This chick is being hand reared by our dedicated keepers in a behind the scenes area at our Tropical Rain Forest exhibit to ensure its best chance for survival. The egg was artificially incubated to prevent any chance of it rolling out of the elevated nest the sunbitterns maintain. When it hatched, keepers stepped in to hand rear, starting out with 7 feedings a day every 2 hours. 

Weigh-in at one day old. Photo by Ryan Hawk/Woodland Park Zoo.

We regularly weigh the chick to keep track of its growth and make sure it is hitting all of its developmental benchmarks. At its latest weigh-in, it added up to about 3 ounces (90 grams). In the above photo, the chick is resting on a nesting structure with a craggy texture designed to make it easy for the bird to grip with its feet. And yes, it totally looks like a plate of worms. 

The sunbittern has large feet that spread the bird’s weight making it easier to walk on muddy rain forest terrain. Photo by Ryan Hawk/Woodland Park Zoo.

Seen here at 9 days old, the sunbittern’s characteristic long neck begins to distinguish itself. Photo by Ryan Hawk/Woodland Park Zoo.

This chick will likely become part of the Species Survival Plan breeding program and will one day move out to be with a fitting mate that we’ll work on finding at another accredited zoo. The chick’s parents remain in the free-flight dome of our Tropical Rain Forest building where they are currently working on producing another egg or two.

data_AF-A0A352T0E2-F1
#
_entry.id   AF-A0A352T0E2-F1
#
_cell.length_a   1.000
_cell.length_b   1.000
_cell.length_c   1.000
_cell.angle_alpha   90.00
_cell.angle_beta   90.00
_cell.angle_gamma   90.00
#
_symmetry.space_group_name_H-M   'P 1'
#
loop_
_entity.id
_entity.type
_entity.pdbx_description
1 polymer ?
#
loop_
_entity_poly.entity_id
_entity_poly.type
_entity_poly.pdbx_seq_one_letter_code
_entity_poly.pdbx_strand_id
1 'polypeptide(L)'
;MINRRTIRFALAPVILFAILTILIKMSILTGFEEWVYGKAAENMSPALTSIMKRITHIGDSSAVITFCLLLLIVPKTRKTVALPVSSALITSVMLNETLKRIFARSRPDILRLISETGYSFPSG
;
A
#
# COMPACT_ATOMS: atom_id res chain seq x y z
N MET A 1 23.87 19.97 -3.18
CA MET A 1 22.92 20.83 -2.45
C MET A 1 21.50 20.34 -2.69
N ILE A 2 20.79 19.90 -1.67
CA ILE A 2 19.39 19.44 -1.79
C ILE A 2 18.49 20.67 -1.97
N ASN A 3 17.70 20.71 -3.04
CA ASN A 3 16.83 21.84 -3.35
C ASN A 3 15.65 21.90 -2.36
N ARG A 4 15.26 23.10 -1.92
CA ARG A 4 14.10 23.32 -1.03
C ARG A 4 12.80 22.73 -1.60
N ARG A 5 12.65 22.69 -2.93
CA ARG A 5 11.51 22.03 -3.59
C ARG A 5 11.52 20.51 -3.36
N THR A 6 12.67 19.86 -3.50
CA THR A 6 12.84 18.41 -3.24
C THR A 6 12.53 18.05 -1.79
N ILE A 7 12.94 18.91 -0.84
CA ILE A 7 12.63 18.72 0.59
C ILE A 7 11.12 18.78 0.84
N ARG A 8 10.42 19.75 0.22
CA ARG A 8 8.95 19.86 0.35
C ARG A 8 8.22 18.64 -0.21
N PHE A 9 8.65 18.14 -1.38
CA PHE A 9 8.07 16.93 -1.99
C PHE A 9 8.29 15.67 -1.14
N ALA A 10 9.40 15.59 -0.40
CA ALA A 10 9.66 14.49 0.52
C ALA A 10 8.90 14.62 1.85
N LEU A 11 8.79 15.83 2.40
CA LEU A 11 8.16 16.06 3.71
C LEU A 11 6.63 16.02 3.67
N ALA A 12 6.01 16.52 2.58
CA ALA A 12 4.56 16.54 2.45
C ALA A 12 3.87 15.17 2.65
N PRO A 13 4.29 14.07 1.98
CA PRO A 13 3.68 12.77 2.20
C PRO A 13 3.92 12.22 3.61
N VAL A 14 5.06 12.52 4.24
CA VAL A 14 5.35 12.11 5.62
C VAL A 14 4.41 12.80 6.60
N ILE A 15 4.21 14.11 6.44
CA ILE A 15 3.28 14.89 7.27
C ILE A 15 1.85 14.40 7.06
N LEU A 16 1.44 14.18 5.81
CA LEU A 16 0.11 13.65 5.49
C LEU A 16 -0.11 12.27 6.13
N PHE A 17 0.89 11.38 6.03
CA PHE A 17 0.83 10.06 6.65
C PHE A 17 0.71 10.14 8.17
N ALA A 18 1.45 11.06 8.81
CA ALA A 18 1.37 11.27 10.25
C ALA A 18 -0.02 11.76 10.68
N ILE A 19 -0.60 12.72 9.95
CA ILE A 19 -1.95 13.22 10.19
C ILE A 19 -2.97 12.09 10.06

Chick at 9 days old. Photo by Ryan Hawk/Woodland Park Zoo.

The call of the sunbittern is one of the recognizable sounds in the rain forest exhibit. This little chick isn’t very vocal so far, though it does hiss a bit when it’s surprised. Instinctually it fans its wings forward to make it appear larger than it actually is, just like a displaying adult would. 

Photo by Ryan Hawk/Woodland Park Zoo.

What a treasure to watch elegance in the making.

Wednesday, December 5, 2012

Lion cubs get first health check-up

Posted by: Gigi Allianic, Communications


It’s a boy! And a girl! And a boy! And a girl!


Last week, our four lion cubs received their first health check-up and the exam revealed the quadruplets are healthy and that we have two males and two females on our hands.


Our team of veterinarians performed the exam, which included a weigh-in, fecal sampling and an overall assessment of their health. They’ll get the first of a series of vaccinations at the next exam coming up in a few weeks. The cubs turn four weeks old this Saturday.


Each cub weighs between 8 and 9 pounds, which is in the normal weight range for their age. Vets noted that the cubs had full, round bellies, meaning they’re nursing regularly. Adia continues to show excellent maternal skills, and she has herself some robust, healthy cubs.


Mom and cubs remain in an off-view maternity den that allows the family to bond in a quieter environment. The cubs will go out in the public exhibit when they are older and outdoor temperatures reach a minimum of 50 degrees. Until then, zoo-goers can watch recorded video of the cubs at a kiosk stationed at the lion exhibit or at Zoomazium. We’re also posting updated footage and images here and at www.zoo.org/lioncubs.